En Route Cedar Rapids, Iowa–(ENEWSPF)–January 25, 2012 – 11:24 A.M. EST
MR. CARNEY: Good morning, everyone. How are you? Welcome to the first leg of the President’s three-day trip following his State of the Union address.
As you know, I believe, President Obama will visit Conveyor Engineering and Manufacturing in Cedar Rapids, Iowa, to discuss the American manufacturing pillar he laid out in last night’s State of the Union address.
Conveyor Engineering and Manufacturing specializes in handcrafted custom machinery for large-scale processing of raw agricultural products used in the ethanol, food service, and related industries. The family-owned business employs approximately 65 workers, and began as a small shop in 1977. Three years ago, Conveyor moved into a new custom-built facility that more than doubled the size of its manufacturing space.
Under the new manufacturing policies the President proposed in the State of the Union, Conveyor would receive an increased manufacturing tax credit.
At the company, the President will tour the factory floor and deliver remarks to an audience of several hundred, including employees and invited guests.
During the three-stop tour, led by President Graig Cone, and operations manager Jeff Baxter, the President will see custom machinery that will be shipped to clients across the country. Prior to his remarks, the President will be introduced by Mr. Baxter, the operations manager.
I can also give you a little readout on the next stop, if that would be helpful.
MR. CARNEY: The President will visit Intel’s Ocotillo campus in Chandler, Arizona, to deliver remarks on American manufacturing. The Ocotillo campus is the site of a new chip manufacturing facility called Fab 42, whose groundbreaking Intel announced when President Obama visited the company’s Oregon facility last February.
Intel is making a $5 billion investment to build the new Fab 42 facility, bringing thousands of construction and permanent manufacturing jobs to Arizona. When completed in 2013, Fab 42 will be the most advanced high-volume semiconductor manufacturing plant in the world. Intel would benefit from a number of the policies President Obama laid out in the State of the Union address, including tax breaks for high-tech manufacturers and companies that choose to stay or bring jobs back to America.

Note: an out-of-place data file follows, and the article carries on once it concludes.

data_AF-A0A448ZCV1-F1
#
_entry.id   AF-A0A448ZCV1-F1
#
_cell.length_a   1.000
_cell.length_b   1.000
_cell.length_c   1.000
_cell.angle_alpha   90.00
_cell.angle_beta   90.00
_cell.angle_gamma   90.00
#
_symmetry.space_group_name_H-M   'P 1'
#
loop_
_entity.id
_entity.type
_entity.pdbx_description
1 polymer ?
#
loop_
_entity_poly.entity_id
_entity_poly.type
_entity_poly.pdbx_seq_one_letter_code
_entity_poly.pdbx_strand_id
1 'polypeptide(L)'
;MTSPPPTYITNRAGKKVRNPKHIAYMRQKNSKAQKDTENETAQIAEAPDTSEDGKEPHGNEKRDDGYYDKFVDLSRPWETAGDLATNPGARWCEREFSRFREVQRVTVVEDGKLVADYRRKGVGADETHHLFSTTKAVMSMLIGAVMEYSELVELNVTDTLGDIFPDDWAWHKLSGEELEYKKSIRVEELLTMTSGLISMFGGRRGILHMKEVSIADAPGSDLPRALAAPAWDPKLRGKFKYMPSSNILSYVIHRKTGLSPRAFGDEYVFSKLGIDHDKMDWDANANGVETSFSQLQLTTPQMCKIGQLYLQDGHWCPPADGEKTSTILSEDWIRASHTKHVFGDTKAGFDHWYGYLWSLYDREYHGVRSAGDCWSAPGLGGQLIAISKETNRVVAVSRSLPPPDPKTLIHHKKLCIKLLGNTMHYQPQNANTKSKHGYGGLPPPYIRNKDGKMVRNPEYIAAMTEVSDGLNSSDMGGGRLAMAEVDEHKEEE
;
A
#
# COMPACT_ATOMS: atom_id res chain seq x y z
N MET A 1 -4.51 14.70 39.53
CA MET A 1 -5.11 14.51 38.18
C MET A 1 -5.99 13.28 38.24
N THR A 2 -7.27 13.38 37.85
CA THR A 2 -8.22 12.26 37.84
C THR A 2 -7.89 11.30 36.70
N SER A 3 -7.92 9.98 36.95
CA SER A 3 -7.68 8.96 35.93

The President will deliver remarks to an audience of several thousand people including Intel employees and guests in front of the Fab 42 construction site. He will be introduced by Preston McDaniel, the senior program manager responsible for all aspects of Intel’s Fab 42 factory construction.
That is my readout of the upcoming events, at the beginning of this fantastic trip. Questions, please.
Q Can you tell us about the Somali pirate operation and what led the President to make those remarks to Leon Panetta last night?
MR. CARNEY: Well, it is true that the President, when he saw the Secretary of Defense, as well as the Chairman of the Joint Chiefs, was congratulating them on a successful mission because he had been informed at, I believe, 6:43 p.m. of the success of the mission to rescue the American hostage as well as the Danish hostage.
What led to it was the President was apprised of the fact that Jessica Buchanan had been taken hostage back on, I believe it was October 25th — he was apprised of it the next day, of the kidnapping, and was updated on it regularly.
I think the Department of Defense has more details on this, but the decision to go ahead with this rescue mission was made because there was information concerning the deteriorating health of Ms. Buchanan, as well as a window of opportunity to try to execute this mission. The President made the decision about 9:00 p.m. on — let me make sure I get this right — 9:00 p.m. on Monday night — that’s right — when his counterterrorism advisor, John Brennan, briefed the President in the residence at approximately 9:00 p.m. on Monday night. And the President authorized the operation to proceed.
Throughout the day yesterday, the President received updates from Mr. Brennan and was told at 6:43 p.m. that Ms. Buchanan and Mr. Thisted were safe and in U.S. hands.
Q Jay, did the President speak to the SEAL team or the SEAL team commander today expressing his —
MR. CARNEY: I have no calls to report. He did call — upon return from finishing the State of the Union address, he called Ms. Buchanan’s father at 10:32 p.m. — John Buchanan — and informed him of the successful mission.
Q Was there any concurrent Situation Room monitoring of this whole thing, like the situation that went on during the bin Laden operation?
MR. CARNEY: I would refer you to the Department of Defense for that kind of information. The mission was, as you would expect, monitored very closely throughout —
Q I mean, in the White House Situation Room —
MR. CARNEY: I think I just said that John Brennan was briefing the President regularly in his offices in the White House.
Q How does the President feel today about how the State of the Union went last night, the reaction to it?
MR. CARNEY: He feels very positive. He feels — he felt good about the speech. He felt very satisfied with the way the speech came together and the message about laying out a Blueprint for an America Built to Last was both — was well received both in the hall and outside, across the country.